Sunday, December 21, 2008

New Thai leader surveys damage at PM's office

BANGKOK, Thailand: Thailand's new prime minister picked up a broom and posed for cameras Friday on the steps of Government House, vowing to clean up the mess from a three-month sit-in and show the country is "back to normal."

About 100 painters and maintenance workers accompanied Abhisit Vejjajiva on his first trip to the prime minister's office compound, which was left in shambles after a three-month siege by protesters demanding the departure of allies of deposed ex-premier Thaksin Shinawatra.

Parliament voted Abhisit in on Monday as the country's third prime minister in four months. He and his Democrat Party are the first opponents of Thaksin to lead a civilian government in the past seven years.

Abhisit, 44, faces an enormous challenge trying to unite the country — largely split between the middle class that is his base and the rural poor who backed Thaksin — and manage an economy buffeted by Thailand's political turmoil and a global slowdown. But first, he needs to get into his office.

"I intend to have the renovation finished as soon as possible because this is the country's face," Abhisit told reporters outside after orange-robed Buddhist monks blessed the building with holy water.

The once lush lawns and manicured gardens at Government House were ripped up by the protesters who set up a tent community with free food and outdoor showers. The crowd swelled to tens of thousands of people and caused damage estimated at $3.6 million.

Abhisit's predecessor, Somchai Wongsawat, never got the chance to enter Government House. During most of Somchai's 10-week tenure he worked out of the VIP lounge of Bangkok's old airport, until protesters evicted him from that space, too.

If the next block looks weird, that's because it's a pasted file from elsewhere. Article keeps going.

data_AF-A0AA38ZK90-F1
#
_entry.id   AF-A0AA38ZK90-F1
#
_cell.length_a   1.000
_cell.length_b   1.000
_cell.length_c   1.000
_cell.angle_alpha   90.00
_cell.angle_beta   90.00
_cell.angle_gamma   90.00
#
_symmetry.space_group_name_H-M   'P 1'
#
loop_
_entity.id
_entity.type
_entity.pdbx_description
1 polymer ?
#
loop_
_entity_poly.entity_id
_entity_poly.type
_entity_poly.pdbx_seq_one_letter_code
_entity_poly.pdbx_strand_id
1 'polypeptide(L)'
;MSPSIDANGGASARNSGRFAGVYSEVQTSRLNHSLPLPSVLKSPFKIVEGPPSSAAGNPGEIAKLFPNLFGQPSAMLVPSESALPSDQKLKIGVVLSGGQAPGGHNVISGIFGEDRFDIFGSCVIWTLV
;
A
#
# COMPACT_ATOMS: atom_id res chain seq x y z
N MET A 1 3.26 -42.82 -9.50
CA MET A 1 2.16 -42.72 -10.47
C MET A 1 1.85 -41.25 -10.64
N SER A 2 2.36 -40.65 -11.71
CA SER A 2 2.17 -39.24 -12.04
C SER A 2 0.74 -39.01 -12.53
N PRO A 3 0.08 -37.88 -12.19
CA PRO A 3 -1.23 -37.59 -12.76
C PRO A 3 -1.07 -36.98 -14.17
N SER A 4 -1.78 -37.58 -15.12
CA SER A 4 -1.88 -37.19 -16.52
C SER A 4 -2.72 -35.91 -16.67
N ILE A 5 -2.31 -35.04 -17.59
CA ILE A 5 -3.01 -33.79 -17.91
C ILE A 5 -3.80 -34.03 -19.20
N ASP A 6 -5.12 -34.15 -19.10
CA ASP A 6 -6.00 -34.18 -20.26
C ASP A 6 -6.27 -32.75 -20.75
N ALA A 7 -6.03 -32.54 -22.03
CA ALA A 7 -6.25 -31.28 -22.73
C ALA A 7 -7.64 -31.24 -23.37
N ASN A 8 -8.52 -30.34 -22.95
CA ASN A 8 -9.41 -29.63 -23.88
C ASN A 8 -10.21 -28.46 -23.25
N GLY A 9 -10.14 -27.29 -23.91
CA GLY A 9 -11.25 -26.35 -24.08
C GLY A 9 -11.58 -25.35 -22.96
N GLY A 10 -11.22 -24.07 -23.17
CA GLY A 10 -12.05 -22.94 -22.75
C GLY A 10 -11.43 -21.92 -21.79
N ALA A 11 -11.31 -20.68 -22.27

Abhisit said he plans to move into his new office once his Cabinet is sworn in, as early as next week.

"It will be a symbol that Thailand has come back to normal and it will bring confidence back," Abhisit said.

Protesters stormed Government House on Aug. 26 — and later Bangkok's two main airports — vowing to stay until Thaksin's allies were gone. Thaksin was deposed by a 2006 military coup and is currently in exile but retains a strong influence over Thai politics.

For a year after the coup, Thailand was ruled by a military-appointed government. The two subsequent leaders were perceived as puppets of Thaksin, notably Somchai who is his brother-in-law. Both were ousted by court rulings. Protesters vacated the Government House and airports Dec. 3, a day after Somchai was ordered out of office.

Abhisit's appointment has brought calm to Thai politics, but critics say his upper-class origins — from a wealthy family, born in England and educated at Eton and Oxford — could hinder his attempts to end the turmoil.

Standing on the steps of Government House, Abhisit showed he's a quick study. He awkwardly gripped his broom as he smiled for cameras but corrected himself when an aide whispered, "Push your hands closer together."

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